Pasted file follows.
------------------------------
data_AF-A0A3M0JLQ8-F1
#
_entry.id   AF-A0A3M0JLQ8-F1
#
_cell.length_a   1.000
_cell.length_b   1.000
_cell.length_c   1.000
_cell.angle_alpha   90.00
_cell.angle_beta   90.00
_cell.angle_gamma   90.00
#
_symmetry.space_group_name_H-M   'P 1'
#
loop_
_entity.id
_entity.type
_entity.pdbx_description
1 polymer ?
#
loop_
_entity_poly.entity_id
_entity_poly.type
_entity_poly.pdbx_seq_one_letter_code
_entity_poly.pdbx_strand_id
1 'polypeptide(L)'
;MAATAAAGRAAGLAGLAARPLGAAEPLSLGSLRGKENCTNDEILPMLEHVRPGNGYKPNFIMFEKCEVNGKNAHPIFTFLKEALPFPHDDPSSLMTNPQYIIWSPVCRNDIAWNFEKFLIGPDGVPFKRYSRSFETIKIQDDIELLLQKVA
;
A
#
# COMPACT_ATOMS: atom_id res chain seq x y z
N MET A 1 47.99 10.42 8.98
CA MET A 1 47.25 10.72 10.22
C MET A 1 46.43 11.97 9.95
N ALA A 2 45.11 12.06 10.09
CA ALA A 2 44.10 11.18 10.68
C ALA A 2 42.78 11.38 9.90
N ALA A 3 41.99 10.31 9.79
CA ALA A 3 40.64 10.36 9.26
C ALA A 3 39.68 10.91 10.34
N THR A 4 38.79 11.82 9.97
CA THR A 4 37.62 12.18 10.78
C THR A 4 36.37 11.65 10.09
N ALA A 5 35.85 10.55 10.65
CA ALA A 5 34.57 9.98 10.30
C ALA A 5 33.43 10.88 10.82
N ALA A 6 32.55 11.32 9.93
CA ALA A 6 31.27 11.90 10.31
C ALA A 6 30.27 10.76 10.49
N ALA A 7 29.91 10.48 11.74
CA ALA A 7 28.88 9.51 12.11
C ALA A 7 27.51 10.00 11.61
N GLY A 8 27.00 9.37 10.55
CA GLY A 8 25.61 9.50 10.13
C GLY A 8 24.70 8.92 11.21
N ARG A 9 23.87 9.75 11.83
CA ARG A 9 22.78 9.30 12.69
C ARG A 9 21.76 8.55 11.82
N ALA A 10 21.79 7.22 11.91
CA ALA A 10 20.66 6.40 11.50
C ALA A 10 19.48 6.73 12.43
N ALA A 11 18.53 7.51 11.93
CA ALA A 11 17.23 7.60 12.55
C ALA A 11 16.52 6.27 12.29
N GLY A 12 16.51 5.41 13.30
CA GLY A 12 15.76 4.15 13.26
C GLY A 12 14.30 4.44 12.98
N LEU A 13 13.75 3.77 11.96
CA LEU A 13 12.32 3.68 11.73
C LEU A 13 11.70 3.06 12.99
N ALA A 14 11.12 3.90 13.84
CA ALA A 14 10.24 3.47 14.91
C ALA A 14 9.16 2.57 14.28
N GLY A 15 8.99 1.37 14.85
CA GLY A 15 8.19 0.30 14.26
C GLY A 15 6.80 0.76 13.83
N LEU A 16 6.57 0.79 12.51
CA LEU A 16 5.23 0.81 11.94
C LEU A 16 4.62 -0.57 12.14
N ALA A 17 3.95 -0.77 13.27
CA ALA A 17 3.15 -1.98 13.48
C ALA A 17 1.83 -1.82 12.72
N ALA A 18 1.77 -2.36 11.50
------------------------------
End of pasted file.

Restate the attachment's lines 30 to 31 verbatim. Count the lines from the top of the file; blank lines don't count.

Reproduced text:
# COMPACT_ATOMS: atom_id res chain seq x y z
N MET A 1 47.99 10.42 8.98